This, I believe is what’s unfolding in India and startups from both sides (ride-sharing and food-delivery) are vying to become the ‘Transportation Layer’ to services various consumer offerings.
Expansion to Adjacent Markets:
Ride sharing Startups – Both Uber and Ola (Foodpanda) have been doing food delivery for around an year now.
Food Delivery Startups – Swiggy has shared their plans of expanding into Grocery and Medicine Delivery.
Grocery & Medicine Delivery Startups – I Don’t think the grocery delivery startups have shared any plans for other categories.
Concierge Startups – Dunzo, has started doing bike taxis, food delivery and grocery
The image above you should give you some sense of what the fruits of becoming the default transportation/logistics layer would look like with different B2C/B2B offerings stacking up atop shared demand and infra.
However, while getting there might be possible it’s gonna be incredibly difficult. Moreover, despite the number of startups aiming, only a few market players are strongly positioned to get a good crack at it. I’ll try to explore more in another post
Dated but very interesting. “Why I would never want to compete with Travis Kalanick” by Chris Sacca. Read here
Founders often don’t innovate because they can’t quite figure out the answer to “How big could this get?” Read more on how to think and navigate the market size aspect here #YCombinator
The union’s least-populous member nation has become a cryptocurrency and online gambling hub plagued by allegations of corruption and money laundering.Read more in “Why the EU Is Furious With Malta“
Rewind (Best of newsletter #68) “As they re-invent themselves, malls in India are trying to become community spaces and not remain just shopping centres.” Read more in “The mall story 2.0”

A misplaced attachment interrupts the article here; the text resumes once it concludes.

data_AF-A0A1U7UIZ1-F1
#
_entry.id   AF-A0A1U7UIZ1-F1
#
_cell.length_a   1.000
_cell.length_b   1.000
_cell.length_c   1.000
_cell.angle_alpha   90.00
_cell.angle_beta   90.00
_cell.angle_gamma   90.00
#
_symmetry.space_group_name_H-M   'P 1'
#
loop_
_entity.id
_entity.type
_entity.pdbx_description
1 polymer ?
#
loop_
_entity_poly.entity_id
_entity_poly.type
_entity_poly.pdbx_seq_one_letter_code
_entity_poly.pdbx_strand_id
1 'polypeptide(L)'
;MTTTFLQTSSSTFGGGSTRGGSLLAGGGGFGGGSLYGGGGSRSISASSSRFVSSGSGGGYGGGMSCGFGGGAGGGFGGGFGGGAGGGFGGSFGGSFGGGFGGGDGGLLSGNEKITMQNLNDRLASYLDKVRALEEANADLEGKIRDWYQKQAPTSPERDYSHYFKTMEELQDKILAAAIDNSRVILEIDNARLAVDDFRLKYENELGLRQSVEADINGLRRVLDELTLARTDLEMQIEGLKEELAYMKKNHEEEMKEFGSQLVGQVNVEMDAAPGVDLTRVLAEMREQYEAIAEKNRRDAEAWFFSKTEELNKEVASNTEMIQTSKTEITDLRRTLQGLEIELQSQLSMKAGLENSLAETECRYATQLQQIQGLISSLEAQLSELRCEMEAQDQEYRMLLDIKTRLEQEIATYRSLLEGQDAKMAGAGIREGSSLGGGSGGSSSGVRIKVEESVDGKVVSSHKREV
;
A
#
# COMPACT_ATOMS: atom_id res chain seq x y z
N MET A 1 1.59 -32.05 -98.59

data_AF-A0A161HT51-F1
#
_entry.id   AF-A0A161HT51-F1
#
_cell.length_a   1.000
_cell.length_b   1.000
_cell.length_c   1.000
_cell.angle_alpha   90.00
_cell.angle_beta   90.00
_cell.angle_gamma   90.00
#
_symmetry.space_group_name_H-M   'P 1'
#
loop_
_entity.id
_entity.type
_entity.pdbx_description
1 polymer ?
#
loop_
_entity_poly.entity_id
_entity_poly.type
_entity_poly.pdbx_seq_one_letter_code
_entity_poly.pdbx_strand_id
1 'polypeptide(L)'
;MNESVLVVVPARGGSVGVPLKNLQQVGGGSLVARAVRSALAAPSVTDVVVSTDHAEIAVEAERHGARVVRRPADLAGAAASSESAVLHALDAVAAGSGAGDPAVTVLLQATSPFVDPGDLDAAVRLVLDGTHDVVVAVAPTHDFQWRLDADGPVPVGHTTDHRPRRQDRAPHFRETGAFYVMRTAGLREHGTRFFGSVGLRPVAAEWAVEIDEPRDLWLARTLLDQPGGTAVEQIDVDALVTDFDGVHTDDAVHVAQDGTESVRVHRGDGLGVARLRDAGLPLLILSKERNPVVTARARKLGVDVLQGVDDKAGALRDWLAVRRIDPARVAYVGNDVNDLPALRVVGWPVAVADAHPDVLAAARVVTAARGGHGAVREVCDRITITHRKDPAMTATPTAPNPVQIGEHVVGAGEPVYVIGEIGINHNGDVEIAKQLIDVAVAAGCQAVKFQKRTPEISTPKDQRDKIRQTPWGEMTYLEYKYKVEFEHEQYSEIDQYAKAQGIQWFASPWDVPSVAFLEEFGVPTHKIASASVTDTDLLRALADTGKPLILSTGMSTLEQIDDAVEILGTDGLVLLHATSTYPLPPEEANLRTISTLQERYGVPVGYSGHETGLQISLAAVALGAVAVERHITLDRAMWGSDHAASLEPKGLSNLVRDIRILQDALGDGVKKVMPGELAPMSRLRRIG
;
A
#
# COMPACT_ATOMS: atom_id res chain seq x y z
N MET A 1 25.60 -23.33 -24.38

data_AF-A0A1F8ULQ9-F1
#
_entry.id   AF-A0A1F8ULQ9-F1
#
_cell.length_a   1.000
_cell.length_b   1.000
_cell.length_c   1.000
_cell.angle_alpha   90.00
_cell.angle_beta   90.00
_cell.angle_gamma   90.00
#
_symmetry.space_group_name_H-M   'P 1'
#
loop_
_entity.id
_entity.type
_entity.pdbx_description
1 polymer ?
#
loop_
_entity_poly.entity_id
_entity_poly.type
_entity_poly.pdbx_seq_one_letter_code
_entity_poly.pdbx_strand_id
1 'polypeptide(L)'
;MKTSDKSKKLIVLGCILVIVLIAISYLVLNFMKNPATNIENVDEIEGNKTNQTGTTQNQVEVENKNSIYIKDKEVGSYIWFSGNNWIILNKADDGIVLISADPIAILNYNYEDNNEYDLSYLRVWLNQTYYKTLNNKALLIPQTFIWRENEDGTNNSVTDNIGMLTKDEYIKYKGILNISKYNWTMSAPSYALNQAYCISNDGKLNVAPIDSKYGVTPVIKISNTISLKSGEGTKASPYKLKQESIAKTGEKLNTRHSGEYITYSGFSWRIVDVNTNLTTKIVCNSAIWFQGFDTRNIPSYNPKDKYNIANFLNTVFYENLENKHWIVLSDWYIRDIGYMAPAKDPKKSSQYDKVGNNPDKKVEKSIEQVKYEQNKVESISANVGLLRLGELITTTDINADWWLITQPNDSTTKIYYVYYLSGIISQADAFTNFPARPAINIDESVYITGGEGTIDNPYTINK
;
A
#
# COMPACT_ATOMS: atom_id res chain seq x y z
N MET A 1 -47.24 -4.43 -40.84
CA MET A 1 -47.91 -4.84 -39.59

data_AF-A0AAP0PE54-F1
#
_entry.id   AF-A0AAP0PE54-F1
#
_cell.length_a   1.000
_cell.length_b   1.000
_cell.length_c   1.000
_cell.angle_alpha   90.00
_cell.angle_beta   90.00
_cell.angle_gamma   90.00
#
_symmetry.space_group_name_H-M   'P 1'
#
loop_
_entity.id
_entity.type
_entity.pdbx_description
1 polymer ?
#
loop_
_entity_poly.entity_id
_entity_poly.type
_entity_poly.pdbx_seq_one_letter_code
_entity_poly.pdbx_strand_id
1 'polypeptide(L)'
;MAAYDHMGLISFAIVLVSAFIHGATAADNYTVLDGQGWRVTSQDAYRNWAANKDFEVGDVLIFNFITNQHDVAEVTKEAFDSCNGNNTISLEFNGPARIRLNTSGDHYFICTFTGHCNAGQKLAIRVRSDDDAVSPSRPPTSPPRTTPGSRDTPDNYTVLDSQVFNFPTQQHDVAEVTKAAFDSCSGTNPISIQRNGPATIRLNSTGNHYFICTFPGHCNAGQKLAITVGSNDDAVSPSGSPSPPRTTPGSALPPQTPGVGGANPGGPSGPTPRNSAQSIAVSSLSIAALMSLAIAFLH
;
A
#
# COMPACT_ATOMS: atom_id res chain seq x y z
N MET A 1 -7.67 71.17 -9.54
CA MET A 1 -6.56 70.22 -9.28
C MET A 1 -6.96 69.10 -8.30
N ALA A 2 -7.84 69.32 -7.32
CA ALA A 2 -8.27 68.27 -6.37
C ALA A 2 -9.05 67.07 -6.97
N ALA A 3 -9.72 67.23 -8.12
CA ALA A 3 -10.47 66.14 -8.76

“‘The Ultimate Guide to Making Smart Decisions” by Farnam Street. Read here
Two Years Ago, India Lacked Fast, Cheap Internet—One Billionaire Changed All That. This WSJ article digs deeper into Jio. Read here #paywall
Podcast Episode of the Week: Instagram “You can scale big with a simple idea (and a tiny team!) — but only if you catch the prevailing winds. That’s what Kevin Systrom did when he co-founded Instagram”. In this episode of ‘Masters of Scale’, Reid Hoffman goes into the history of Instagram and their journey to acquisition by Facebook.
Startup Trivia of the Week: Google In 1999, Page and Brin wanted to raise investment from KPCB and Sequoia. They also wanted to firms to split the round to retain controlling stake of the firm. During the process, they gave the ultimatum for a take it or leave it offer to invest $12.5mn each. VCs took the deal and rest as they say is history.
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I’ve got tons of friends/acquaintances who are running startup and the only thing common to each one of them is that they are looking to hire smart talent. Despite 100 job sites, a lot of match making takes forever. Here’s a little effort from my side to fill this gap.
Running a startup? Looking to hire people? Share Job details (140 character), company name and contact email id at (dhingra dot mayank at gmail dot com)
A very interesting read on how to recognise habits, how they are formed and how to amend them. Great way to understand personal as well as institutional/organisational habits. It has suggests some experiments to cut down addictions like Smoking
A good primer for anyone interested in knowing about Football and Globalisation across different countries and continents. Football fans would find it interesting how various clubs across the world came into being and how violence b/w fans accompanied many of them. Non football or globalisation fans might not find it that great.
3. Heart of Darkness (Rating: 3.5/5)
4. Dogfight: How Apple and Google Went to War and Started a Revolution (Rating: 2.5/5)